American Friends Service Committee
Patrica Watson, Editor
Sara Burke, Assistant Editor
Pat Farren, Founding Editor
2161 Massachusetts Ave.
Peacework has been published monthly since 1972, intended to serve as a source of dependable information to those who strive for peace and justice and are committed to furthering the nonviolent social change necessary to achieve them. Rooted in Quaker values and informed by AFSC experience and initiatives, Peacework offers a forum for organizers, fostering coalition-building and teaching the methods and strategies that work in the global and local community. Peacework seeks to serve as an incubator for social transformation, introducing a younger generation to a deeper analysis of problems and issues, reminding and re-inspiring long-term activists, encouraging the generations to listen to each other, and creating space for the voices of the disenfranchised.
Views expressed are those of the authors, not necessarily of the AFSC.
Asian Reverberations: FTAA and the Global (Dis)Order
Joseph Gerson is Program Director at AFSC/New England.
Physics teaches us that for every action, there is an equal and opposite reaction. But in the case of NAFTA and the proposed Free Trade Area of the Americas, the responses have been multiple. One response is renewed interest and diplomacy related to the creation of an East Asian trade zone. There were similar dynamics in the 1930s when, in the midst of the depression, the Smoot-Hawley and other tariff barriers were raised to keep foreign goods out of the US in a desperate effort to protect profits and jobs. John McCloy, "Chairman of the Establishment," later wrote that this tariff made war with Japan inevitable. Desperate for raw materials, cheap labor and markets, the Japanese elite and its military establishment countered with an imperial East Asia Co-Prosperity Zone. First they challenged US and British hegemony in China. Then they seized European and US colonies, including Indochina, the Philippines, and Indonesia.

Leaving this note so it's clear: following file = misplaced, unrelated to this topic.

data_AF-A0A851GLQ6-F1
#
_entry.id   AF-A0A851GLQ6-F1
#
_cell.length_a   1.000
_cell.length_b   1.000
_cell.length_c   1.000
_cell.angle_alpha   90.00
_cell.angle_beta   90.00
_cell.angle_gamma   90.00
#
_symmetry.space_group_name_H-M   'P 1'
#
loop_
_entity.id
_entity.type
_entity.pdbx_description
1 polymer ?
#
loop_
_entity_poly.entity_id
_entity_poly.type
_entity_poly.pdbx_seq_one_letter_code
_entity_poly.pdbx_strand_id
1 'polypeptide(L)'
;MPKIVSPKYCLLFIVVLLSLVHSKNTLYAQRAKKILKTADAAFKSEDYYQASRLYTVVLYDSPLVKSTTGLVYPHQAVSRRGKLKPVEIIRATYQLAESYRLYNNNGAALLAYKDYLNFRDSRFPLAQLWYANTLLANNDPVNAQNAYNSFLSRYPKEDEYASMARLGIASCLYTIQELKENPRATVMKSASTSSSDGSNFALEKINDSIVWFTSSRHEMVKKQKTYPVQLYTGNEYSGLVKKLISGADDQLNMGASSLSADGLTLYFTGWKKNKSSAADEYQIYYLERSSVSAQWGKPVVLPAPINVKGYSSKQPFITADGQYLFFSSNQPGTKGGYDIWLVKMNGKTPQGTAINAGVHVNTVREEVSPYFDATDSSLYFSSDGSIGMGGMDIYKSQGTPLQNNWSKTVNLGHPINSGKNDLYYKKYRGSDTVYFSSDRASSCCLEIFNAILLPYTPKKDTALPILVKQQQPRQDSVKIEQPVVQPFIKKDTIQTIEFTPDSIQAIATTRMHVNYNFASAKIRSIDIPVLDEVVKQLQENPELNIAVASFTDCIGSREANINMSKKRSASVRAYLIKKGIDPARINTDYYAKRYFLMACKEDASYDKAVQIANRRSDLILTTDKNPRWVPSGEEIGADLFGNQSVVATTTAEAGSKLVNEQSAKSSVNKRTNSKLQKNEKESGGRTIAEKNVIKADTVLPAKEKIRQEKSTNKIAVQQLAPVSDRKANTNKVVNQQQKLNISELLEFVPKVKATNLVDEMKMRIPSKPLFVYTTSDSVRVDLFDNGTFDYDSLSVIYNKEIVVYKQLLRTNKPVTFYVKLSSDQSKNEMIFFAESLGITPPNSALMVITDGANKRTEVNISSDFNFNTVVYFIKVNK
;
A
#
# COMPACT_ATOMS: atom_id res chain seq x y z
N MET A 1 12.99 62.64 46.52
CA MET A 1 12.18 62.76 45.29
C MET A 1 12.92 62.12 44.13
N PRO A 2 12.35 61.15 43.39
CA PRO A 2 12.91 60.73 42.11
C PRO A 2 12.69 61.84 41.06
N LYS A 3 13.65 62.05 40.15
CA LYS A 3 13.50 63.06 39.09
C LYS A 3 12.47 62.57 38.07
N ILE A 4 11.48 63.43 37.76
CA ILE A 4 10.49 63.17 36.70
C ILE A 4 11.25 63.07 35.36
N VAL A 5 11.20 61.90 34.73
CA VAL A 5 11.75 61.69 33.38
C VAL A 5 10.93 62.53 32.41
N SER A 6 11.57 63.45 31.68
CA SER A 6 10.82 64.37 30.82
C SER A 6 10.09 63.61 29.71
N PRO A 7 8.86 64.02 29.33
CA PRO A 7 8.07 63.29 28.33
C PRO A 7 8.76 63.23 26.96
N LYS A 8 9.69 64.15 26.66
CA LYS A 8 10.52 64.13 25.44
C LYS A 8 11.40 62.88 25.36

In the immediate aftermath of the Cold War, Walter Russell Meade (now of the Council on Foreign Relations) explained that the US was struggling to counter the emerging power of the European Union with the NAFTA and FTAA projects. Because Europe's combined market, wealth, and technological depth far exceeded those of the Americas, Washington was reconsolidating not only its American dominance, but its control over the resources and economies of the Middle East and East Asia.
Late in the Clinton Administration, several major bumps appeared on the road to the New World Order. The Asian economic crisis of 1997-98 threatened to go global and led desperate Asian financial planners to re-imagine East Asian monetary cooperation and insulated trade zones. More recently, France and Russia have breached the wall of unchallenged US hegemony in the Middle East through deals with Iraq and Iran. And "Seattle," "Washington," "Prague," "Davos," and "Puerto Allegre" happened.